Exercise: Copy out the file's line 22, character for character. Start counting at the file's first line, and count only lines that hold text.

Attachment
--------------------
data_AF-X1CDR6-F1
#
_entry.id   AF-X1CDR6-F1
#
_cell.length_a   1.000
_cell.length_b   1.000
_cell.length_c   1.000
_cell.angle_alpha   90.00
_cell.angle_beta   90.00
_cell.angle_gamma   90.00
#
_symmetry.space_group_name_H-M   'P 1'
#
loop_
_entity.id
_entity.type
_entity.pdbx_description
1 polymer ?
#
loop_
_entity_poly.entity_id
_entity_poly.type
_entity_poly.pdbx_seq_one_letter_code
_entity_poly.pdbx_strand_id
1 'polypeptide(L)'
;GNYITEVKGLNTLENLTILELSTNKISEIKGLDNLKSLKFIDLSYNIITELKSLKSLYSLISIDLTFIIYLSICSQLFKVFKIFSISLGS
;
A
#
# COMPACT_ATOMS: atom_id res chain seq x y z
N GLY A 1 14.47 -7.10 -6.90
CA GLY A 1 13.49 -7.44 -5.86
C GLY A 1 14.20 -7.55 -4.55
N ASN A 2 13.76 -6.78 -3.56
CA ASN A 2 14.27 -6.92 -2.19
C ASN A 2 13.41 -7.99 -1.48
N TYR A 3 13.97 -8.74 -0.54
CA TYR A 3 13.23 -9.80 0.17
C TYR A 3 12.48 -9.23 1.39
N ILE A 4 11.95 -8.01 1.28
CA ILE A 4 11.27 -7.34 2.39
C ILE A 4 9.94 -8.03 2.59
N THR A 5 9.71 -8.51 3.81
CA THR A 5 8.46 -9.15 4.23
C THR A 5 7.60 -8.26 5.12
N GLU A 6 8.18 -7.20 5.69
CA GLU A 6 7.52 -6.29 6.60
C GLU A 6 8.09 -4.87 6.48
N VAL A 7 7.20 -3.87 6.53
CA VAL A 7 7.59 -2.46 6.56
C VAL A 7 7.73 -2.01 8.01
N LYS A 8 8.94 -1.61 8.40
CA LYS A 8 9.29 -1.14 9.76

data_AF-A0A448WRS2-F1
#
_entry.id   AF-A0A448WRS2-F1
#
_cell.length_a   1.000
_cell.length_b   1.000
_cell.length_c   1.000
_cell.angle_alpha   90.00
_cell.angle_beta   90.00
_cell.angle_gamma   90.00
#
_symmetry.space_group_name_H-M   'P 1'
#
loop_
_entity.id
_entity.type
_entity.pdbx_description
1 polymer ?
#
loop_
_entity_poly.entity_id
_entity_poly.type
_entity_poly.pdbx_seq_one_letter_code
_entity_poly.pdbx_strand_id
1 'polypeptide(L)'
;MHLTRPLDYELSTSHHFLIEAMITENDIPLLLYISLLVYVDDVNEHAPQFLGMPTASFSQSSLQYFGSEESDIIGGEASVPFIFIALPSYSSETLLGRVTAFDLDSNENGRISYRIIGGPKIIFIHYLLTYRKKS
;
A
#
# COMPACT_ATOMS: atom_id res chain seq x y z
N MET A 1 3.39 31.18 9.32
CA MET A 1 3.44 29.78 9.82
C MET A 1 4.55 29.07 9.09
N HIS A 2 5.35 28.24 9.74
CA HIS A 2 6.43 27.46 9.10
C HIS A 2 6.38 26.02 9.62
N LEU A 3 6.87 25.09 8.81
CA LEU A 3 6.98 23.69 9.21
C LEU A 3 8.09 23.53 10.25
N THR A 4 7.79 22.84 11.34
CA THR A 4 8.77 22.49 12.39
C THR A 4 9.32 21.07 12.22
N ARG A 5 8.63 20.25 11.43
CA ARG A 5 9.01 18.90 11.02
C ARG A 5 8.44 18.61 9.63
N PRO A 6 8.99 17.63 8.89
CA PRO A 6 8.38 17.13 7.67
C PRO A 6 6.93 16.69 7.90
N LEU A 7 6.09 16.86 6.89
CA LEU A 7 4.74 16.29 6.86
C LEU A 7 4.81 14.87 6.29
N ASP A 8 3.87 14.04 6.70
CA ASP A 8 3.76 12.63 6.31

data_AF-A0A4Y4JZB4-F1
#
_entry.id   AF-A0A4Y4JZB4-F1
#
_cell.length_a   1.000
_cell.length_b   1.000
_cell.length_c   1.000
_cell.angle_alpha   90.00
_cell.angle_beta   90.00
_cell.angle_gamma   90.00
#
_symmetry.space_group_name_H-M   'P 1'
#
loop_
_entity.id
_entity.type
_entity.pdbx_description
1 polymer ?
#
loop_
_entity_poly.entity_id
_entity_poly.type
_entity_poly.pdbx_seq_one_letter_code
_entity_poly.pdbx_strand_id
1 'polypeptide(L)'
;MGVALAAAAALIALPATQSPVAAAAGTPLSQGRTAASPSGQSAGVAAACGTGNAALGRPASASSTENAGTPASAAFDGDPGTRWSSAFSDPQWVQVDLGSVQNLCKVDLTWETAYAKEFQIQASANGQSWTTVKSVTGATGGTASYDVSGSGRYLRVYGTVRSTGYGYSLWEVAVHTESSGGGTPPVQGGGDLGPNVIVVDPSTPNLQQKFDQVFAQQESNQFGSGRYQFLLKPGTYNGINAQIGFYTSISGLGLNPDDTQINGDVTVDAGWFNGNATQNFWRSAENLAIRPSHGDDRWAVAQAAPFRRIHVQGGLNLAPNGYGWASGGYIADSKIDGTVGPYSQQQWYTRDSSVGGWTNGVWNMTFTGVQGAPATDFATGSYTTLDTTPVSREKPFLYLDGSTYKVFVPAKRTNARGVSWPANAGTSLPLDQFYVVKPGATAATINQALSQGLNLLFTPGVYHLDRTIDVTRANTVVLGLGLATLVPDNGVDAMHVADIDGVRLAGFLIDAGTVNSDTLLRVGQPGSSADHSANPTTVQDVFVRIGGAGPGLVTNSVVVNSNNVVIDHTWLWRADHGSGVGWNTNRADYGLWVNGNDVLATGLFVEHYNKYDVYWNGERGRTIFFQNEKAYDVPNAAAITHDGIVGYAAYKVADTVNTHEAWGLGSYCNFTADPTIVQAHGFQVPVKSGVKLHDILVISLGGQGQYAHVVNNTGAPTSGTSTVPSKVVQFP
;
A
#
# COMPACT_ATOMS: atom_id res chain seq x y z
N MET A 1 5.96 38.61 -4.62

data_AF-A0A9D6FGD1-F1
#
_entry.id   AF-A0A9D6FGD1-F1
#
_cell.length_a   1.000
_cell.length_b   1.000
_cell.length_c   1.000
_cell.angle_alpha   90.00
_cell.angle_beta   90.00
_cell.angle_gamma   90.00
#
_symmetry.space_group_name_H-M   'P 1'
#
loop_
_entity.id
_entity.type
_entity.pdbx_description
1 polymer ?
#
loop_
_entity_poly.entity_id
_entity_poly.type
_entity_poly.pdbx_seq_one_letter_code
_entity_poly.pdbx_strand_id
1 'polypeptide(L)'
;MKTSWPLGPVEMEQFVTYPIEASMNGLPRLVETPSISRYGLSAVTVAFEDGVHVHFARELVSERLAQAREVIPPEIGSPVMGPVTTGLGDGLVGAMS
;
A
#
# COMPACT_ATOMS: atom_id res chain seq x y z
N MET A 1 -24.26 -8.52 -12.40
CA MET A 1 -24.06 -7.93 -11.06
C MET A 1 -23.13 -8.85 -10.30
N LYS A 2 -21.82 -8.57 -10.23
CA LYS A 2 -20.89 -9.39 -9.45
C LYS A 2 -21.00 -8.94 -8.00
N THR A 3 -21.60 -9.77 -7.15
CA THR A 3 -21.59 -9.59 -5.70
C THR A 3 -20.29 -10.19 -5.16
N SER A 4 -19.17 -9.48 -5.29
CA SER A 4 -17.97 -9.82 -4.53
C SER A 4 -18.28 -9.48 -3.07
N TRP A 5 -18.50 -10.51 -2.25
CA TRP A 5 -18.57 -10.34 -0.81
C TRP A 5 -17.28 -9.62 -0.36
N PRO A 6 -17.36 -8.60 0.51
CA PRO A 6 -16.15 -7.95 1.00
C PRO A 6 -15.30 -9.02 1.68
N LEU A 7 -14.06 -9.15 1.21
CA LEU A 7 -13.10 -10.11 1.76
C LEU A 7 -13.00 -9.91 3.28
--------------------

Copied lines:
_entity_poly.type